[00:22:19.643] Kent Bye: Yeah, my experience was that I did it one and a half times now, all the way through once, and then halfway through with the collective experience, and it was interesting to have gone through the whole thing and be doing it again, because you have a skip of pages a lot, and sometimes I would flip through and just see, knowing the full arc of the story, and then kind of know how there's this way that the book is containing all the puzzle pieces, but they're kind of jumbled around in the way that is not in a linear order because you're jumping around. But the other experience that I had, which was a very visceral part of these ideas of embodied cognition, where you use your body to actually help understand how the story is being told. And so you are guiding us to point at a certain picture or to trace the lines through these different steps in a journey, reflecting on different newspaper articles that are reflecting some of the themes that we're talking about earlier that's discussed, but also covering up a picture, you know, and shutting your eyes and then like opening your eyes and instructing the audience to like how they're looking at it, you know, just look at it for a brief second and then shut your eyes again. Now open your eyes and move your hands. So you have these instructions that are allowing people to have much more of a visceral embodied experience of the book that I feel like is also an interesting component that feels elements of theater, but also in terms of XR, this full embodiment of your own direct embodied experience and helping guide the audience members for how they're engaging with the story to metaphorically represent different aspects of how you're going to amplify different moments in the story by using the audience's body because they have the ability to interact with the book. So love to hear any reflections on how you think about the body in the theatrical sense, but also in this specific experience of giving people a first-person perspective of this embodiment as you're telling the story?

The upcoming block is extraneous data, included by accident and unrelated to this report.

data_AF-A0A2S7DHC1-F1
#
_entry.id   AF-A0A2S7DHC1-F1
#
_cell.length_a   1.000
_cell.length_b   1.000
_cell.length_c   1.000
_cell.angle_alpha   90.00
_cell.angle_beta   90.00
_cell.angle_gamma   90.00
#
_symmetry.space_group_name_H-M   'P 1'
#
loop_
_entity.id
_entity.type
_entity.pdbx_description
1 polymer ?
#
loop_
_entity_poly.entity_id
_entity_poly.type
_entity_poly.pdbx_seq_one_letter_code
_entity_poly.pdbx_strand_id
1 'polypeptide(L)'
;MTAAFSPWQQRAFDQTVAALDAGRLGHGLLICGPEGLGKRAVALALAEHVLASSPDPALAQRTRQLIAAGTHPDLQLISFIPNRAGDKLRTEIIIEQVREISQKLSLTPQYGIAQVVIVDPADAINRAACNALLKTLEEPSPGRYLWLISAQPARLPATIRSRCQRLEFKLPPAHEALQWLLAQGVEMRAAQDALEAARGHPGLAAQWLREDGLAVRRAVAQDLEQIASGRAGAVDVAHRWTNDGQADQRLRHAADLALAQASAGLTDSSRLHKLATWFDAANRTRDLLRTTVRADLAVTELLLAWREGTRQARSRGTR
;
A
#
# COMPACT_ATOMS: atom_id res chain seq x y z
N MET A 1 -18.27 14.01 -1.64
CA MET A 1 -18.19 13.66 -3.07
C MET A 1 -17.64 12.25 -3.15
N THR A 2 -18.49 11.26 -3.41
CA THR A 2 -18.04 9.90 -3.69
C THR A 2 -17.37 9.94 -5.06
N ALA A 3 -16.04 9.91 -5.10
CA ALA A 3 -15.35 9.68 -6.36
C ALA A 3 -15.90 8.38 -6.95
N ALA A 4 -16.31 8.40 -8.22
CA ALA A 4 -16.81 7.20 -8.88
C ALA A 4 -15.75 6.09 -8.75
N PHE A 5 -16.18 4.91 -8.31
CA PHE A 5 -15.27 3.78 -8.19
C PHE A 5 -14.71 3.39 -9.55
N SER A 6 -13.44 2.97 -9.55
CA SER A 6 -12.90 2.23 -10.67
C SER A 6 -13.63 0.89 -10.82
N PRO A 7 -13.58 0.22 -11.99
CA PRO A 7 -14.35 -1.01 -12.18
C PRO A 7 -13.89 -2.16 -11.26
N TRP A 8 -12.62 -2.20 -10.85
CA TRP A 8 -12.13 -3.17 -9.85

[00:24:10.510] Ant Hampton: Yeah, I mean, there's an awful lot to say about that. I mean, I guess from just a very basic level, it was a challenge to me to think, OK, I'm choosing the book form for this piece. I'm used to doing things in performance where this is probably the most reduced format I've ever worked with. And it kind of feels a bit silly to be told to put your finger on an image of a marble floor of a cathedral in Thessaloniki and to imagine what the marble feels like. I see from the back a lot of people not doing that. but then you're told that the marble floor is actually kind of Jewish gravestones that have been desecrated and used for reconstructing the city and not just a few but like half a million Jewish gravestones from the 500 year history and that if you turn those stones over you can find Hebrew inscriptions and then you turn the page and you you see a piece of this marble that we found in a wasteland behind the cathedral and again you're told to put your finger on it and this time most people do and run your finger over the words and then the same line again try to imagine what the marble feels like which is you know like a deliberate play on words as in what would you feel like if that was done to you but also is there something that you could feel by putting your hands on that stone if you were there in real space probably not actually I mean it's meaningless So it's as kind of pointless to do it there in that place as it is to do it on an image in a book. And yet we do it and we imagine and something happens and the meaning of those images shifts somewhere. Yeah, I'm interested in these humble gestures. I like it. I feel like just that thing of saying, yeah, OK, you have taken me with you just enough for me to be able to put my finger on the page here. And these little shifts in the contract between me and the listener slash participant, you get from A to B just a little distance. And then that allows you to go a little bit further, a little bit further. And it's a different kind of journey embedded within another travelogue, in a way. Otherwise, I mean, other things to do with the body, my God, it's like it's a lot to do with different kinds of bodies, different kinds of privileges in the story, especially when it comes to the Greek island of Samos, which is a place which is basically entirely about Hosting different people who are not from that island, but the ones who come from the west broadly speaking a kind of welcome and Put up in bed and breakfast or whatever and the other ones who coming from the east Beaten up and thrown in the sea they do everything they can and to not welcome them. And then once they arrived, because of international law, they're duty-bound to give them asylum. And there's like these camps where they hide them away up in the mountains. Huge mental health problems. It's just fascinating to me to see how it's just such a kind of explicit and crystal clear vision of two different kinds of treatments of human beings that are not from there. in a place which has been this crucible of human movement, forced movement for so long. So it's really trying to also work with the patterns of round numbers, like what was happening a hundred years ago, all these different coincidences of history that I tried to kind of pull together.